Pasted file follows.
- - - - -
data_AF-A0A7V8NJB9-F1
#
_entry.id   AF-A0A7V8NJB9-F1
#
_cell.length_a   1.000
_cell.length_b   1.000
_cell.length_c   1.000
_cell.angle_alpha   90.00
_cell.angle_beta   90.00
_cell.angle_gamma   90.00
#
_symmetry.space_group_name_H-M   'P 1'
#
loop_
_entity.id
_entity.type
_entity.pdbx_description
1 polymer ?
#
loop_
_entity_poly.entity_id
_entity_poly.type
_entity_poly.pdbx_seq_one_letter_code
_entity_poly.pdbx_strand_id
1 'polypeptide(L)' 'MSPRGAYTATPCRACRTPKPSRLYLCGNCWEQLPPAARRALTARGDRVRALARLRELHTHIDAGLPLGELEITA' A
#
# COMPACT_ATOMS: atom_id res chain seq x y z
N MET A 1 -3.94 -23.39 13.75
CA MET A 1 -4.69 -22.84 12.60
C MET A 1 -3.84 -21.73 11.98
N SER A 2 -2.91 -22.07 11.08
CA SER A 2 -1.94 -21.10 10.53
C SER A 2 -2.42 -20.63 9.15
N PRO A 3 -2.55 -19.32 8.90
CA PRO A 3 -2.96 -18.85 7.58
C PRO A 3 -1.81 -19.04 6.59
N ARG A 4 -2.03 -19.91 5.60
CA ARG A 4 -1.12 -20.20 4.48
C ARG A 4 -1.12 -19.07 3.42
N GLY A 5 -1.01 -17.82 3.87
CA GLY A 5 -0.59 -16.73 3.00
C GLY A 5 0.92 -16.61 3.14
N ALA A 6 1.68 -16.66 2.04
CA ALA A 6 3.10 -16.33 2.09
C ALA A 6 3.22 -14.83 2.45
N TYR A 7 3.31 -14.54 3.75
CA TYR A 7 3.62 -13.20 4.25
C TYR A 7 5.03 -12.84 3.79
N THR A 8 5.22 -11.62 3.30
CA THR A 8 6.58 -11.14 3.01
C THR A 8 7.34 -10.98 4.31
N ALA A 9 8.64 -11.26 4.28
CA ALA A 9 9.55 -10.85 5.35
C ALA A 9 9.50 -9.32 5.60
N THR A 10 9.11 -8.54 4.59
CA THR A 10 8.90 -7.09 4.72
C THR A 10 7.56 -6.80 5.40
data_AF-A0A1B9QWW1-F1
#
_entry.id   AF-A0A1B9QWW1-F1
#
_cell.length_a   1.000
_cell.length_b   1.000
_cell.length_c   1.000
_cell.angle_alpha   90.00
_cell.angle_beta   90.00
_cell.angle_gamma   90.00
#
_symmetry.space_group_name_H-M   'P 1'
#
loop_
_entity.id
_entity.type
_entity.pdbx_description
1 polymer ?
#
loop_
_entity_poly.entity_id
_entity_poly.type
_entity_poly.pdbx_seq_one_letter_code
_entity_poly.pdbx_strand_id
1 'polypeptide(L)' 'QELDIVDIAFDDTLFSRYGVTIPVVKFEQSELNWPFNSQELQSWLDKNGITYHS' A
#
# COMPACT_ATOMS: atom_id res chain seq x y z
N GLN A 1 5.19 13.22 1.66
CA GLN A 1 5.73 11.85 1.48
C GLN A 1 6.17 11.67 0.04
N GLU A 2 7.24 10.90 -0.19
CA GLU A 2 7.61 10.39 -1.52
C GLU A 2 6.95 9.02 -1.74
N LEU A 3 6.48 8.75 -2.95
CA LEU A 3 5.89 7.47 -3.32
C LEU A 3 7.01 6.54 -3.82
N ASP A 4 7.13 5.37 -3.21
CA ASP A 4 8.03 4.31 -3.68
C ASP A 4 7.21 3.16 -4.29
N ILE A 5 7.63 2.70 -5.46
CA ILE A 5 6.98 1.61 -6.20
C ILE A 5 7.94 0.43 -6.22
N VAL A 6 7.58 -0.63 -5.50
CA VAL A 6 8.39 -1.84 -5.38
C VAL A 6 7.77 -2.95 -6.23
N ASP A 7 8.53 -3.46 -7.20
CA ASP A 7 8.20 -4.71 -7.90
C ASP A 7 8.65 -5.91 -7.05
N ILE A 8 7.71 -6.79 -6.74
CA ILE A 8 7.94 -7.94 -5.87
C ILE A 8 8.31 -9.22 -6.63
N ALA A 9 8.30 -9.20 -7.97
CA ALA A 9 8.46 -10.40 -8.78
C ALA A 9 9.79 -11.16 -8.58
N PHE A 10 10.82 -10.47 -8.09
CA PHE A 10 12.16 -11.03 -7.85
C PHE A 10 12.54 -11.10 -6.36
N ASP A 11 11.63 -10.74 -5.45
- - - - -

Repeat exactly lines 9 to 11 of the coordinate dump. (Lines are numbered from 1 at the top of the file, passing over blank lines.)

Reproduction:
_cell.angle_beta   90.00
_cell.angle_gamma   90.00
#